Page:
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Financial Gearing



Gearing refers to the proportion of a company’s funds that are provided by borrowings on which interest is payable regardless of how well the company performs. If a company has a large amount of loan capital compared to shareholders’ equity, it is said to be high geared. If a company has a small amount of loan capital compared to shareholders’ equity, it is said to be low geared. Gearing has important implications for management because if the company is high geared it means that managers must react quickly if revenues start to fall. Shareholders will also be interested in the level of gearing, because any changes in revenue could have a dramatic effect on their fortunes if the company is high geared. This post provides discussion about financial gearing: The effect of financial gearing [is case example], Ideal Level Of Gearing, and how to calculate gearing ratio. Read on…

The following case example will demonstrate why this happens.



The Effect Of Financial Gearing [Case Example]

Two companies, Lie Dharma Limited and Putra Limited, each have the same amount of capital in total, but different proportions of share capital and loan capital as follows:

Share capital: $1 shares
Lie Dharma Limited = 100,000 & Putra Limited = 250,000

Loan capital
Lie Dharma Limited = 200,000 & Putra Limited = 50,000

Equal = Lie Dharma Limited = 300,000 & Putra Limited = 300,000

The annual interest rate on the loan capital is 10 per cent. Notice that two-thirds of Lie Dharma’s capital comes from loans, whereas only one-sixth of Putra’s capital consists of loans.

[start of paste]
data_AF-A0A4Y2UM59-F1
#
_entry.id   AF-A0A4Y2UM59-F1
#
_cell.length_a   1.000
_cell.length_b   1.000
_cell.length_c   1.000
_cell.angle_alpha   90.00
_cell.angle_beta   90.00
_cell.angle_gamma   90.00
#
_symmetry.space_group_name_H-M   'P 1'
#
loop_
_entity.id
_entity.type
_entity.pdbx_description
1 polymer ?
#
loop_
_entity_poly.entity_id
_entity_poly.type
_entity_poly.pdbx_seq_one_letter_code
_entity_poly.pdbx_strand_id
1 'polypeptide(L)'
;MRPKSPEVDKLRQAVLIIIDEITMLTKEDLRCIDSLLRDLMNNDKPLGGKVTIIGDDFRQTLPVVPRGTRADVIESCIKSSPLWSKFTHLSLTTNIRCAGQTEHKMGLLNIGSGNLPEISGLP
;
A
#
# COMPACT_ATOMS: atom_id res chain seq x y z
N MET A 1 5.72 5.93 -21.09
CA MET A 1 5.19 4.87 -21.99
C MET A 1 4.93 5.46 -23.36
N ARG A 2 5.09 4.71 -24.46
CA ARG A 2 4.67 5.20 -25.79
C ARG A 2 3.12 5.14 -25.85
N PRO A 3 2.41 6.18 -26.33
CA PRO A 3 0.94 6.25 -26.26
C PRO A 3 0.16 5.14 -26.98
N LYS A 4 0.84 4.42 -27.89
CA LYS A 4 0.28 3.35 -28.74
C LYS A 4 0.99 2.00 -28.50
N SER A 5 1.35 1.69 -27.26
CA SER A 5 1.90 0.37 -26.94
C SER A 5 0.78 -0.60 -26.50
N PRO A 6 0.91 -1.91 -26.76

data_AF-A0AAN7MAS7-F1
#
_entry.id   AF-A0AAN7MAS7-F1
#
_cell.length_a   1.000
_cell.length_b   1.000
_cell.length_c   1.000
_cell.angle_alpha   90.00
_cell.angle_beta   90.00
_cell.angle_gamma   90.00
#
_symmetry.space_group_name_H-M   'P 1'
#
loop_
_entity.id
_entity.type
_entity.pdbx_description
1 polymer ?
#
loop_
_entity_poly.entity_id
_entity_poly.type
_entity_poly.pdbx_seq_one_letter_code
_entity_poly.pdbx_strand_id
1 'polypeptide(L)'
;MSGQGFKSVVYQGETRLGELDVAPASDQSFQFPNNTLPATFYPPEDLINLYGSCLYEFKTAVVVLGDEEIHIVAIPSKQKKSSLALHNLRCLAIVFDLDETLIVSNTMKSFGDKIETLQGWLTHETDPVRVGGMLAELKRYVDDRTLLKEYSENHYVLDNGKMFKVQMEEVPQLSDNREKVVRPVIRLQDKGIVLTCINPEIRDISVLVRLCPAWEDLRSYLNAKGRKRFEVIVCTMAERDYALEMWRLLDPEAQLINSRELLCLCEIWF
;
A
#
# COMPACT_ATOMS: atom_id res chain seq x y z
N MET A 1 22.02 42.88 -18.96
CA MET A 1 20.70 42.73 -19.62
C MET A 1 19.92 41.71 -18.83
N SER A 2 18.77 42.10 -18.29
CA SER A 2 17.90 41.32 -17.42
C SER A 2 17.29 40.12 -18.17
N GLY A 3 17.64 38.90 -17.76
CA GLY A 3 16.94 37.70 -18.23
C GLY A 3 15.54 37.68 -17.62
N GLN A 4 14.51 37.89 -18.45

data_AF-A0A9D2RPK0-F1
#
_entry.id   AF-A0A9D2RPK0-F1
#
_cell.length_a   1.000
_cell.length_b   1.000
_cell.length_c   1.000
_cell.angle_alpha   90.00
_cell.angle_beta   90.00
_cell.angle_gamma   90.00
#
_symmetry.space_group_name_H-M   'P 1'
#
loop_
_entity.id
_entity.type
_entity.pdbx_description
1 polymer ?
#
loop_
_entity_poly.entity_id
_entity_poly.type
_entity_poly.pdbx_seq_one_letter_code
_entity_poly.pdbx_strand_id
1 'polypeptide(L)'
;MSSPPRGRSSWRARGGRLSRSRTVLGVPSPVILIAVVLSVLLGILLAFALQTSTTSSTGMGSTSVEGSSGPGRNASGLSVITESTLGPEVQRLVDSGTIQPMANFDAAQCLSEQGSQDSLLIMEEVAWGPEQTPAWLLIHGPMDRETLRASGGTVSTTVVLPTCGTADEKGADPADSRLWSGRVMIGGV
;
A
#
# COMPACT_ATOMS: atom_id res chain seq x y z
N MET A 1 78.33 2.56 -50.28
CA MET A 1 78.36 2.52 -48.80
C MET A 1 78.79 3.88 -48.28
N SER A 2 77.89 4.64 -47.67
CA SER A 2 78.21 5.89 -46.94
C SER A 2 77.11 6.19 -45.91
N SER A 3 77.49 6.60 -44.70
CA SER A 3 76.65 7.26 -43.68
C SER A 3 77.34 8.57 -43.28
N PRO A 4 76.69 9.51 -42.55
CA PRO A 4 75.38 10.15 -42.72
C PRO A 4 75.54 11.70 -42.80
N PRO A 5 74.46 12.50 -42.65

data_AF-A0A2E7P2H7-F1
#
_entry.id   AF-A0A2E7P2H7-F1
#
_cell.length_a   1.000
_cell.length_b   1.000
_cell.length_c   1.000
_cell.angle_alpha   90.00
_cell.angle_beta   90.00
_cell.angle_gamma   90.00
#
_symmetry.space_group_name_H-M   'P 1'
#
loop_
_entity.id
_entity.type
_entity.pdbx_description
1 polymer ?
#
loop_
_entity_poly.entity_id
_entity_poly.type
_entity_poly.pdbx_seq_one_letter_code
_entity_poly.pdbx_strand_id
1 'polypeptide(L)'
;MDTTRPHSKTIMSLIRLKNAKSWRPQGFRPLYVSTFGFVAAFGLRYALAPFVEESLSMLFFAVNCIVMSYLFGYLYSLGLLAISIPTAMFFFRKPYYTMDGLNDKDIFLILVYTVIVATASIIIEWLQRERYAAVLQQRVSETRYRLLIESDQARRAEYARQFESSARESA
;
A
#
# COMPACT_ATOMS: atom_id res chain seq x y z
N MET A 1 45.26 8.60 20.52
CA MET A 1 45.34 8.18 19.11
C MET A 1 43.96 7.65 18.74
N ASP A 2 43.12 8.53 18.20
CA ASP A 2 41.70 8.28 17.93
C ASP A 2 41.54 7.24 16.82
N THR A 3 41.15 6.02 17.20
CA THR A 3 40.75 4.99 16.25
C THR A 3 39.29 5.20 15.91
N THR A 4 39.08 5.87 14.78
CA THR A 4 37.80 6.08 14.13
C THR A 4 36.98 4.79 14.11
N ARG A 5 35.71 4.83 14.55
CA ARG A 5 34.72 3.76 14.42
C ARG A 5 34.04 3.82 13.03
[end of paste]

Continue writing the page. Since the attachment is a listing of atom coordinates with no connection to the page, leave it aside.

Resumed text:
Suppose that the profit for the year, before interest, amounts to $30,000 for each company. The profit per share (ignoring taxation) can be calculated as follows:

Profit before interest Lie Dharma Limited       = 30,000 & Putra Limited = 30,000
Interest for Lie Dharma (200,000 x 10%)         = 20000
Interest for Putra (50,000 x 10%)                     = 5000
Profit after interest for Lie Dharma                  = 10,000 & Putra = 25,000
Profit per share (without tax) for Lie Dharma    = (10/100) = 100
Profit per share (without tax) for Putra            = (25/250) = 100

At this level of profits there is no difference in the fortunes of the shareholders. Although Low Gear Limited has earned more profit after interest, this higher profit has to be shared between a higher number of shares. Therefore the profit per share is the same for both companies.

Now let us see what happens if the profit before interest doubles to 60,000. The amount of interest payable on the loans will not alter but the fortunes of the shareholders will change considerably.

Profit before interest Lie Dharma Limited        = 60,000 & Putra Limited = 60,000
Interest for Lie Dharma (200,000 x 10%)         = 20000
Interest for Putra (50,000 x 10%)                     = 5000
Profit after interest for Lie Dharma                  = 40,000 & Putra = 55,000
Profit per share (without tax) for Lie Dharma   = (40/100) = 400
Profit per share (without tax) for Putra             = (55/250) = 220

The profit per share has more than doubled for both companies, since both have some gearing. However, the change in profit is magnified dramatically for the high geared company, therefore the returns for shareholders increase considerably. On the other hand, if profits begin to fall then the profit per share will reduce faster with the high geared company than with the lower geared one.